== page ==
Last year, I saw one of the most beautiful things I’ve ever seen on stage: I hated it. I’ll probably regret writing this, because I know, and like, some of the people involved, but Kellerman, by Imitating the Dog, made me cringe. I’ll say it again: it was beautiful: well-crafted, inventive, clever; it looked and sounded amazing, and unlike much “experimental theatre” was stuffed with genuine experimentation. So why did I hate it? The question kept worrying away at me, and the answer I came up with was this: What I couldn’t accept, despite the stunning aesthetics of the thing, was the video, and the way it was used. Each performer stood in front of a video-close up of his or her face on the elaborate set, miked to compete with the soundtrack, delivering lines in sync with the movement of their own giant, pre-recorded mouths. Speaking of one of the company, someone I know assured me that she was an integral part of the devising of the piece. She had, I was told ‘artistic ownership’ and wasn’t ‘just a jobbing actor’. As someone who would would be proud to call herself a jobbing actor, I dislike the implications of the statement, but I understand why it was made. Their artistic input as devisers needed to be stressed because as performers, they were so hobbled by the set-up as to have very little. The artistry in performance, the minute changes in inflection and timing that make the difference between great and indifferent were largely closed off to the company, tethered to their own moving images, doomed to deliver reenactments of what they had been recorded doing.
Not all video use disenfranchises actors so radically. I will argue, though, that it always does so to some extent, at least in every use I’ve seen. The more video is used, the more cameras and monitors and cables clutter up the playing space, the less room there is, both metaphorically and actually, for actors to manoeuvre.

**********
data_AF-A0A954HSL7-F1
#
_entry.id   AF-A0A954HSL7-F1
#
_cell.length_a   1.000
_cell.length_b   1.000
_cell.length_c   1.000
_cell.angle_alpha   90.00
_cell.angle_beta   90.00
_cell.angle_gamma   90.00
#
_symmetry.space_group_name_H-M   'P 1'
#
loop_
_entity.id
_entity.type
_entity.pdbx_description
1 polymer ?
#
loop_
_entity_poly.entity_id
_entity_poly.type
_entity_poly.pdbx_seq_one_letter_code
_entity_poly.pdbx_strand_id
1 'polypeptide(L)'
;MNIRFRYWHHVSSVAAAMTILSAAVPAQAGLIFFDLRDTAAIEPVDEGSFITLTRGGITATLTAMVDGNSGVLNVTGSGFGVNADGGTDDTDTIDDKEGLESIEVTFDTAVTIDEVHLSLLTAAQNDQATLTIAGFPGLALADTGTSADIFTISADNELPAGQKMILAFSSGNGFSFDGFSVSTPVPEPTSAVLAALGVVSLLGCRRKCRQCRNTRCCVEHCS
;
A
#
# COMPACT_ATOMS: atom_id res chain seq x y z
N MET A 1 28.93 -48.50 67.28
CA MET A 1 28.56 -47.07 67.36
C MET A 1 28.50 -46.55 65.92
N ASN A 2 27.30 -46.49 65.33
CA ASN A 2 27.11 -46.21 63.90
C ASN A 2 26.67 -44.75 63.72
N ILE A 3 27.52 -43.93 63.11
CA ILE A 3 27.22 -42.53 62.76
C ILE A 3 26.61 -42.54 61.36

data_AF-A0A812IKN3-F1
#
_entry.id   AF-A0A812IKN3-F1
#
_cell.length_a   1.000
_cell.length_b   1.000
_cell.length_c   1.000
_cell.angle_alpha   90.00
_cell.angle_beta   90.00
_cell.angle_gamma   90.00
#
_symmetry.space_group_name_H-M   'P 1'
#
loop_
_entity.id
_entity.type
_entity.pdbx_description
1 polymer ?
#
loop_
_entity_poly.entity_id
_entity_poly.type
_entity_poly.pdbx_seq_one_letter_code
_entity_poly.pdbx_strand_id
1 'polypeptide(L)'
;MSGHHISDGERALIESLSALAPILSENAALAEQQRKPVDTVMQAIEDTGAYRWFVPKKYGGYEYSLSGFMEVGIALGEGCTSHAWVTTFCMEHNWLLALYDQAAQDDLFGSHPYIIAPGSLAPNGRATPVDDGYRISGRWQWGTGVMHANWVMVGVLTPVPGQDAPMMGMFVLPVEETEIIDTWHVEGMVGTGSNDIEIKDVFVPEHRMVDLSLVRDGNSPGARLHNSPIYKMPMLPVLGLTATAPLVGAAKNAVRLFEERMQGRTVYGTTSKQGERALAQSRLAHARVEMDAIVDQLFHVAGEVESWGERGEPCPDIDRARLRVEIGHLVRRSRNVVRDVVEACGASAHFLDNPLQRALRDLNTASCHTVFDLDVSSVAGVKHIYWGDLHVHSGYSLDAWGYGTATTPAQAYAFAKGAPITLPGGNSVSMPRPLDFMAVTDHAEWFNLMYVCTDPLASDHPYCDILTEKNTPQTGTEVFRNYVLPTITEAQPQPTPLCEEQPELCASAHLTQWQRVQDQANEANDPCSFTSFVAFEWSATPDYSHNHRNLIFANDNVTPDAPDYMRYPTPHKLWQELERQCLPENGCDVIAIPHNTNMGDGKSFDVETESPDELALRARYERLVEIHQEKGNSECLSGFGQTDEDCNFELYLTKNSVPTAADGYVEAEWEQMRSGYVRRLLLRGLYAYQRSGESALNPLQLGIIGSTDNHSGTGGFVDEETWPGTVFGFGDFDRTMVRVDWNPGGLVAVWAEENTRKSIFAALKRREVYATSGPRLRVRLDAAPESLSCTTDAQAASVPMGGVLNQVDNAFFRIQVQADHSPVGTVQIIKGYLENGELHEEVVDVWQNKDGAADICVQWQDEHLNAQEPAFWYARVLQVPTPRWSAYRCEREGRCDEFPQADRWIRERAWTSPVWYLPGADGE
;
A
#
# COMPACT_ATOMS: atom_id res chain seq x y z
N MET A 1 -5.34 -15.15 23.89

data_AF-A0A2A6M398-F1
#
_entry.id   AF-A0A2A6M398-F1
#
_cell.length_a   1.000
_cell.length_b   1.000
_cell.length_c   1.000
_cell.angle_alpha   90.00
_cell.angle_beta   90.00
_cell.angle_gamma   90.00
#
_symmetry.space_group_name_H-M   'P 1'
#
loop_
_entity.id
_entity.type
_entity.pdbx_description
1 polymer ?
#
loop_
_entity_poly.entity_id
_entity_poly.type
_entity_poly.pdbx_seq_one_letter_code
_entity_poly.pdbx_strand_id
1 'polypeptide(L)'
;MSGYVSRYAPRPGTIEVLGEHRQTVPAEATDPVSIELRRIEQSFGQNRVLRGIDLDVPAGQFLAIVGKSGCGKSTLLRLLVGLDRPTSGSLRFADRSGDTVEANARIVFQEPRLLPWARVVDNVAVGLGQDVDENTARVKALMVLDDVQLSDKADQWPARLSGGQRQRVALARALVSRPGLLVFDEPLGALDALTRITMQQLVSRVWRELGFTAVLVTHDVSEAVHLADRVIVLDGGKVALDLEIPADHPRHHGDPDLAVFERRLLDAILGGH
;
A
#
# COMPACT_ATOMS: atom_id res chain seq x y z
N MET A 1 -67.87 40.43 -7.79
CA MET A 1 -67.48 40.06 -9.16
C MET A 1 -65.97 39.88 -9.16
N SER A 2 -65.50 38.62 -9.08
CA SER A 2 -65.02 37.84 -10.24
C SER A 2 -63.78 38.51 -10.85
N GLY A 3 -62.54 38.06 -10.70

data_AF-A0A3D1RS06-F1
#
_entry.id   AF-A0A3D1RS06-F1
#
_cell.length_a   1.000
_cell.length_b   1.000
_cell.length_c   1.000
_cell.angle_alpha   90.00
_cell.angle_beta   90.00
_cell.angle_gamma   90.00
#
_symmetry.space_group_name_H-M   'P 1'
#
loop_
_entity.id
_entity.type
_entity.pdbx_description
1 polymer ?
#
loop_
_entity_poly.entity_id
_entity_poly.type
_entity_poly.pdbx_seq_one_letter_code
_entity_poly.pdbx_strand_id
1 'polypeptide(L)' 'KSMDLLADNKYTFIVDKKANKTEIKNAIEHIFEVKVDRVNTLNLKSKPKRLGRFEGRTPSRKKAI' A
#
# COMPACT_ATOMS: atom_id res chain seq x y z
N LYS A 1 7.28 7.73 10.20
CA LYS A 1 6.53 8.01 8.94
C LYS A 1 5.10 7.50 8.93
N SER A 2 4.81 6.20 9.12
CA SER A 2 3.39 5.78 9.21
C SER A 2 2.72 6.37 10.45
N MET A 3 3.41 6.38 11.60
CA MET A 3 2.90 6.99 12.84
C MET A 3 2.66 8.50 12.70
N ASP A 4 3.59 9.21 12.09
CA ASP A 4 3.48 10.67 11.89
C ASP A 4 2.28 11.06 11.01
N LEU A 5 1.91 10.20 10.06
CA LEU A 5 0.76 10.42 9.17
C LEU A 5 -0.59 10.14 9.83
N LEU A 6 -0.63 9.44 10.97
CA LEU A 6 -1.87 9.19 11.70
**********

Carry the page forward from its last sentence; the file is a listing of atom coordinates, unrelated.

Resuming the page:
Am I a Luddite?
I’m not a technophobe. I own a laptop, and I bought myself an iPhone for my birthday. I have a Twitter account. Heck, I write this blog! I’m not arguing that theatre should fence itself off from technological development. Do that, and we risk becoming obsolete, or a cottage industry to serve the rarified tastes of the wealthy, like those who craft artisanal bread, or handmade shoes.
I’ve always believed passionately in the opposite of that: theatre as a popular artform. It’s in competition now, as never before, with film, television, digital games and the various other diversions that our many monitors can offer us. Is the answer to make theatre more like the countless varieties of available onscreen entertainment? Will that make people likelier to come out to see it? I doubt it. I doubt, in fact, that theatre’s diminishing appeal has to do with competition from recorded dramatic forms. People are willing to go out, in their thousands, to see, live, in person, what they know only from recordings; the huge success of stand-up comedy gigs, and the often-reported fact that bands now make their living from touring rather than record sales make this clear. Whatever theatre is doing wrong, it’s not the liveness, and it’s not the proximity.
I haven't read much of the history of the period, but according to Wikipedia, anyway, the original Luddites weren’t exactly technophobes either, though the way in which the word is usually used might well make you think so. They were weavers who, about 200 years ago, rebelled against the loss of their livelihoods from the institution of automated looms. Their solution was simple: destroy the looms. I doubt they objected to technological advance in its entirety; offer a Luddite modern medicine for his ailments and I can’t believe he’d turn it down. What they fought against was not progress, but the poverty and humiliation that came with industrialisation. What had once been a skilled trade, in which many took pride, was becoming unskilled labour. There were ever fewer jobs in weaving, their skills were not valued, and pay and working conditions growing ever worse. They were labour activists, artisans asserting the worth of their skills and the dignity of their craft.
It's probably pretty presumptuous of me, since my training in the trade has been patchy and my employment patchier, but:
I guess I am a Luddite.